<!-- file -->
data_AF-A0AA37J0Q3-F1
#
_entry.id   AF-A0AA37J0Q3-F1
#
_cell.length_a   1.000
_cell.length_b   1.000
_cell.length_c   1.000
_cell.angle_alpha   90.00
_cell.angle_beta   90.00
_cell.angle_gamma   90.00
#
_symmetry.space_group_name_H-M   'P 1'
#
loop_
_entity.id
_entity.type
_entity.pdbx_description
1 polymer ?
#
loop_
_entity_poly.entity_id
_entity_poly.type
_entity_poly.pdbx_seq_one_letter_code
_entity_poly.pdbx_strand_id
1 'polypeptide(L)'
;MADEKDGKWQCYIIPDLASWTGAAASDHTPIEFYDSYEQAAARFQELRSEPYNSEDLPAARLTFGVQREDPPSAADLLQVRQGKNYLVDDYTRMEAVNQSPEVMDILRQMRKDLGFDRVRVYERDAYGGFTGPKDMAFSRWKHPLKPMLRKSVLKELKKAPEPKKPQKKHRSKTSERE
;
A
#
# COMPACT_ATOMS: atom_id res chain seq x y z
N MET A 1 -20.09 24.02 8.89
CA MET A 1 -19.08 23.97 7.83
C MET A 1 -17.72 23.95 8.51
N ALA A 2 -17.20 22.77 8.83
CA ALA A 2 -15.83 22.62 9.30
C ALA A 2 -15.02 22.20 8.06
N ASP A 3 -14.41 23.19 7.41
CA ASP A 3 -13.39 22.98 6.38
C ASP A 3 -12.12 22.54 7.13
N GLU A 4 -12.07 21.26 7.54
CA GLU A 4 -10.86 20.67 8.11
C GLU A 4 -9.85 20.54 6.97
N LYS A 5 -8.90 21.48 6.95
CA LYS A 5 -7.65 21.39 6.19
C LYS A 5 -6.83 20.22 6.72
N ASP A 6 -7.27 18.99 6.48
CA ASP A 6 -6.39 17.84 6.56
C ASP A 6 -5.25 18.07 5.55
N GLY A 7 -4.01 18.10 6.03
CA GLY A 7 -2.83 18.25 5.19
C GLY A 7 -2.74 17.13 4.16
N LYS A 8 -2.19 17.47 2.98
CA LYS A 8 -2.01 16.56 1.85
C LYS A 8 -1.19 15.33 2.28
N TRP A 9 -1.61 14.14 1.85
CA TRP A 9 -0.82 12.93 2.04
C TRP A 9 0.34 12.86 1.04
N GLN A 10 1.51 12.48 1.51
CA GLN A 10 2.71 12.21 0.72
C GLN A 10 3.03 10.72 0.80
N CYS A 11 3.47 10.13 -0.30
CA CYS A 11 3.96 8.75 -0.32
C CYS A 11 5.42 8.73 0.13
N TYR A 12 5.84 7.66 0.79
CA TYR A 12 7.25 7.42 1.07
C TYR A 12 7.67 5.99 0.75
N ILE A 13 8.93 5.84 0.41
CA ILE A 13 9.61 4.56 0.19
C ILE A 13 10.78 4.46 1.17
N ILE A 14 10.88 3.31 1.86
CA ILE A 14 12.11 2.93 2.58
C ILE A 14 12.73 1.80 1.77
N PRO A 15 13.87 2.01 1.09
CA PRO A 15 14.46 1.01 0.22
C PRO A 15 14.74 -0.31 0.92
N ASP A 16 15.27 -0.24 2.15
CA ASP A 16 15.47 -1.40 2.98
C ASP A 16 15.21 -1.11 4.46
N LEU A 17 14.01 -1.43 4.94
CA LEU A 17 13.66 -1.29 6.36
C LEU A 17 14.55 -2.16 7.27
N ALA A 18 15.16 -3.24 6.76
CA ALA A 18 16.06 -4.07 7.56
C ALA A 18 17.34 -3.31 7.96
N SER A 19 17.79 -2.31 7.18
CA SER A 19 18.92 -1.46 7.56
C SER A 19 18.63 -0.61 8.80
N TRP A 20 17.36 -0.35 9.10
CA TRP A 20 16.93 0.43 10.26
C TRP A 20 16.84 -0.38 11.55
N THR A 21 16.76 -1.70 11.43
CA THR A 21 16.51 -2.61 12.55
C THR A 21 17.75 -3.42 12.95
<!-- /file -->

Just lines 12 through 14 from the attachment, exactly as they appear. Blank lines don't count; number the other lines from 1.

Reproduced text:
_symmetry.space_group_name_H-M   'P 1'
#
loop_